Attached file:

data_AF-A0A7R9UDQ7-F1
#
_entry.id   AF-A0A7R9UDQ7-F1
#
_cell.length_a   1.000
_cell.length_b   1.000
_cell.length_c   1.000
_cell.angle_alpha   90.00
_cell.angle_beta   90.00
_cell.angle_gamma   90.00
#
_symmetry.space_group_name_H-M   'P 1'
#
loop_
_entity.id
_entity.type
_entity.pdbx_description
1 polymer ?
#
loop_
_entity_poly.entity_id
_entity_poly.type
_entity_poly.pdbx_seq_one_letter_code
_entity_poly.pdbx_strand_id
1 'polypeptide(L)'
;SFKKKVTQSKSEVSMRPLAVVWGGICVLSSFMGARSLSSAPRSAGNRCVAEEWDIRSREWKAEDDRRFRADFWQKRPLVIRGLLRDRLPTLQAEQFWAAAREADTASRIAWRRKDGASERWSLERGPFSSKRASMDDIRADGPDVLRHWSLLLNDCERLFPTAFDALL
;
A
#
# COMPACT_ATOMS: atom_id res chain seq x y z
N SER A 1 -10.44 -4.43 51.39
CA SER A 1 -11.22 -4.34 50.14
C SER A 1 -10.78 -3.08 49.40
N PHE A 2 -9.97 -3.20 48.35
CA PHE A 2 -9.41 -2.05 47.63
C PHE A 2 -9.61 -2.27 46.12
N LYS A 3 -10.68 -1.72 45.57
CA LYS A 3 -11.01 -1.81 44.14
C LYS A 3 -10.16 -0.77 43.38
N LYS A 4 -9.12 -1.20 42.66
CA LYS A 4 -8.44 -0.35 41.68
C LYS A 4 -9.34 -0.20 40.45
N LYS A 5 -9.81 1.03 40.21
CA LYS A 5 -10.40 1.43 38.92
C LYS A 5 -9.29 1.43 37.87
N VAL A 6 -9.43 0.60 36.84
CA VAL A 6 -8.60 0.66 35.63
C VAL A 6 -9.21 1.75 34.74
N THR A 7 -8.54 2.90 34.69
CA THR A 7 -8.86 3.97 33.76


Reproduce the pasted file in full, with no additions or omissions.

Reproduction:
data_AF-A0A7R9UDQ7-F1
#
_entry.id   AF-A0A7R9UDQ7-F1
#
_cell.length_a   1.000
_cell.length_b   1.000
_cell.length_c   1.000
_cell.angle_alpha   90.00
_cell.angle_beta   90.00
_cell.angle_gamma   90.00
#
_symmetry.space_group_name_H-M   'P 1'
#
loop_
_entity.id
_entity.type
_entity.pdbx_description
1 polymer ?
#
loop_
_entity_poly.entity_id
_entity_poly.type
_entity_poly.pdbx_seq_one_letter_code
_entity_poly.pdbx_strand_id
1 'polypeptide(L)'
;SFKKKVTQSKSEVSMRPLAVVWGGICVLSSFMGARSLSSAPRSAGNRCVAEEWDIRSREWKAEDDRRFRADFWQKRPLVIRGLLRDRLPTLQAEQFWAAAREADTASRIAWRRKDGASERWSLERGPFSSKRASMDDIRADGPDVLRHWSLLLNDCERLFPTAFDALL
;
A
#
# COMPACT_ATOMS: atom_id res chain seq x y z
N SER A 1 -10.44 -4.43 51.39
CA SER A 1 -11.22 -4.34 50.14
C SER A 1 -10.78 -3.08 49.40
N PHE A 2 -9.97 -3.20 48.35
CA PHE A 2 -9.41 -2.05 47.63
C PHE A 2 -9.61 -2.27 46.12
N LYS A 3 -10.68 -1.72 45.57
CA LYS A 3 -11.01 -1.81 44.14
C LYS A 3 -10.16 -0.77 43.38
N LYS A 4 -9.12 -1.20 42.66
CA LYS A 4 -8.44 -0.35 41.68
C LYS A 4 -9.34 -0.20 40.45
N LYS A 5 -9.81 1.03 40.21
CA LYS A 5 -10.40 1.43 38.92
C LYS A 5 -9.29 1.43 37.87
N VAL A 6 -9.43 0.60 36.84
CA VAL A 6 -8.60 0.66 35.63
C VAL A 6 -9.21 1.75 34.74
N THR A 7 -8.54 2.90 34.69
CA THR A 7 -8.86 3.97 33.76